Feasibility of suspension culture of oysters at an offshore site on the Texas coast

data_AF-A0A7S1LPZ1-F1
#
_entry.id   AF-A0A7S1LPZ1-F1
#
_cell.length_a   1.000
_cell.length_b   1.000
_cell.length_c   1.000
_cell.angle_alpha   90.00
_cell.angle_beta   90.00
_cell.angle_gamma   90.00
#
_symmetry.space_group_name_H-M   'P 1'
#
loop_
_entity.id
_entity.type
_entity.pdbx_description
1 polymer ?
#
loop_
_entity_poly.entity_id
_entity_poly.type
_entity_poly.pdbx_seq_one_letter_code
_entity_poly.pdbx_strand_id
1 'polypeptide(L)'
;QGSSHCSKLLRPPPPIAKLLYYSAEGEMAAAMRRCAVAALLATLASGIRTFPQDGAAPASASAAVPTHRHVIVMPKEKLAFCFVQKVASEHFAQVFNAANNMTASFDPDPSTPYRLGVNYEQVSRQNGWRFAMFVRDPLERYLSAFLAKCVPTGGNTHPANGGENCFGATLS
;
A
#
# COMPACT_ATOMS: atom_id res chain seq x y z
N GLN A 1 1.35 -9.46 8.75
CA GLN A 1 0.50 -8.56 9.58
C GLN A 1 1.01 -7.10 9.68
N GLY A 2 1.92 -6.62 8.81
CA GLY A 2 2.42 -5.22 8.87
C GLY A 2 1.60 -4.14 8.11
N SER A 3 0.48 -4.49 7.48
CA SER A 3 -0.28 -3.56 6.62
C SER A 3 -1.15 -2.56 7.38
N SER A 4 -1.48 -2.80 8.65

The feasibility of off-bottom oyster culture at a petroleum platform offshore from High Island, Texas was investigated. Oysters were dredged from a natural reef in upper Galveston Bay at a spoil area adjacent to the Houston Ship Channel at Morgan Point. Experimental and control oysters were suspended in plastic mesh Vexar bags. Control oysters were held in the estuary at two levels in the Galveston Ship Channel at Pelican Island, Galveston. Experimental oysters were held at five levels in an initial (20-month) experiment and at two levels in a second (12-month) experiment. In the initial (20-month) experiment all control oysters were lost to vandalism. During the initial, 20-month study, the growth and condition of offshore oysters was similar at the five levels. Oysters had growth rate of 1.2 to 1.4 mm per month representing an increase in length of 94% to 150%. Oysters increased in weight 80 to 130g representing an increase of 94% to 150% for the 20 months. The condition was best in June 1973 after 5 months placement offshore (condition index of 14.8, 15.5, 14.7, 13.5 and 13.2 for levels 1-5, respectively). The condition was lowest in June 1974 (2.2, 2.1, 1.3, 1.4 and 1.5 for level 1-5, respectively). Offshore ninety oysters were lost due to mortality during the initial (20-month) experiment. Sixty-three percent were from the upper two levels. One hundred forty-five oysters were lost through disappearance (ie., bag failure, theft, etc.). Fifty-eight percent were from the bottom two levels. Most oyster disappeared in February 1974 (47% of all disappearances). During the second (12-month) experiment, change in length was not significantly different between stations, but change in weight was significantly greater at the estuarine control station (645 g vs 464 g). The lower level, for both sites, showed significantly greater increase in length (202 mm vs 144 mm). The average weight increase was greater at the upper level offshore and at the lower level at the estuarine station. The condition was better for oysters at the estuarine station. The chlorophyll a at the estuarine station was twice that offshore, indicating a larger estuarine phytoplankton population. However, the generic composition of the phytoplankton was similar at both stations. More oysters died offshore (50) than at the estuarine station (32) during the 12-month experiment; this was possibly related to the greater incidence of the fungus Labyrinthomyxa marina in oysters offshore. This study should be considered as preliminary due to the small sample size and should be repeated utilizing a larger number of oysters.